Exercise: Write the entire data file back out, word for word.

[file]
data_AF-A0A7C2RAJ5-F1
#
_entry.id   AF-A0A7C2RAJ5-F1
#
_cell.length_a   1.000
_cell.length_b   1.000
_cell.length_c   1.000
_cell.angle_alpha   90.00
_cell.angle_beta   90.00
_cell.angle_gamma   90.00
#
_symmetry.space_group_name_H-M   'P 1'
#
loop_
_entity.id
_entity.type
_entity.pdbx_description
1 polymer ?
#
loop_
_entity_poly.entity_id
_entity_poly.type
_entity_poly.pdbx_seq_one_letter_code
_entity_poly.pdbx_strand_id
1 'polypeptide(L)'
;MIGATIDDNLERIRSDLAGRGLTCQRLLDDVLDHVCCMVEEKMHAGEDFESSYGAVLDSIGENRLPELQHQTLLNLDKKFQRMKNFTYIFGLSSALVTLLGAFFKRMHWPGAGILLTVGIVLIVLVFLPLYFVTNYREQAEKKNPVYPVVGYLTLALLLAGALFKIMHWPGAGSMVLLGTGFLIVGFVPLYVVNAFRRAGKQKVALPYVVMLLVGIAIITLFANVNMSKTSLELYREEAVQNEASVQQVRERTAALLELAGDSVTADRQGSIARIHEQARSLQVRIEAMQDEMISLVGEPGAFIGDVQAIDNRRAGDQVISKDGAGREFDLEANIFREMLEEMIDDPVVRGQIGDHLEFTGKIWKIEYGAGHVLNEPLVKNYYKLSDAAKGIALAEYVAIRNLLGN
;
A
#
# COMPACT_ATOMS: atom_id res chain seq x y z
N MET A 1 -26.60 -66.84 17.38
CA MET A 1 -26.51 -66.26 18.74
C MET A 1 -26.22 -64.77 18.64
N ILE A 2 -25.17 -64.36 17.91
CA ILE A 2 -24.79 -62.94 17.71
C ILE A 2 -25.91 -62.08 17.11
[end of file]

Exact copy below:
data_AF-A0A7C2RAJ5-F1
#
_entry.id   AF-A0A7C2RAJ5-F1
#
_cell.length_a   1.000
_cell.length_b   1.000
_cell.length_c   1.000
_cell.angle_alpha   90.00
_cell.angle_beta   90.00
_cell.angle_gamma   90.00
#
_symmetry.space_group_name_H-M   'P 1'
#
loop_
_entity.id
_entity.type
_entity.pdbx_description
1 polymer ?
#
loop_
_entity_poly.entity_id
_entity_poly.type
_entity_poly.pdbx_seq_one_letter_code
_entity_poly.pdbx_strand_id
1 'polypeptide(L)'
;MIGATIDDNLERIRSDLAGRGLTCQRLLDDVLDHVCCMVEEKMHAGEDFESSYGAVLDSIGENRLPELQHQTLLNLDKKFQRMKNFTYIFGLSSALVTLLGAFFKRMHWPGAGILLTVGIVLIVLVFLPLYFVTNYREQAEKKNPVYPVVGYLTLALLLAGALFKIMHWPGAGSMVLLGTGFLIVGFVPLYVVNAFRRAGKQKVALPYVVMLLVGIAIITLFANVNMSKTSLELYREEAVQNEASVQQVRERTAALLELAGDSVTADRQGSIARIHEQARSLQVRIEAMQDEMISLVGEPGAFIGDVQAIDNRRAGDQVISKDGAGREFDLEANIFREMLEEMIDDPVVRGQIGDHLEFTGKIWKIEYGAGHVLNEPLVKNYYKLSDAAKGIALAEYVAIRNLLGN
;
A
#
# COMPACT_ATOMS: atom_id res chain seq x y z
N MET A 1 -26.60 -66.84 17.38
CA MET A 1 -26.51 -66.26 18.74
C MET A 1 -26.22 -64.77 18.64
N ILE A 2 -25.17 -64.36 17.91
CA ILE A 2 -24.79 -62.94 17.71
C ILE A 2 -25.91 -62.08 17.11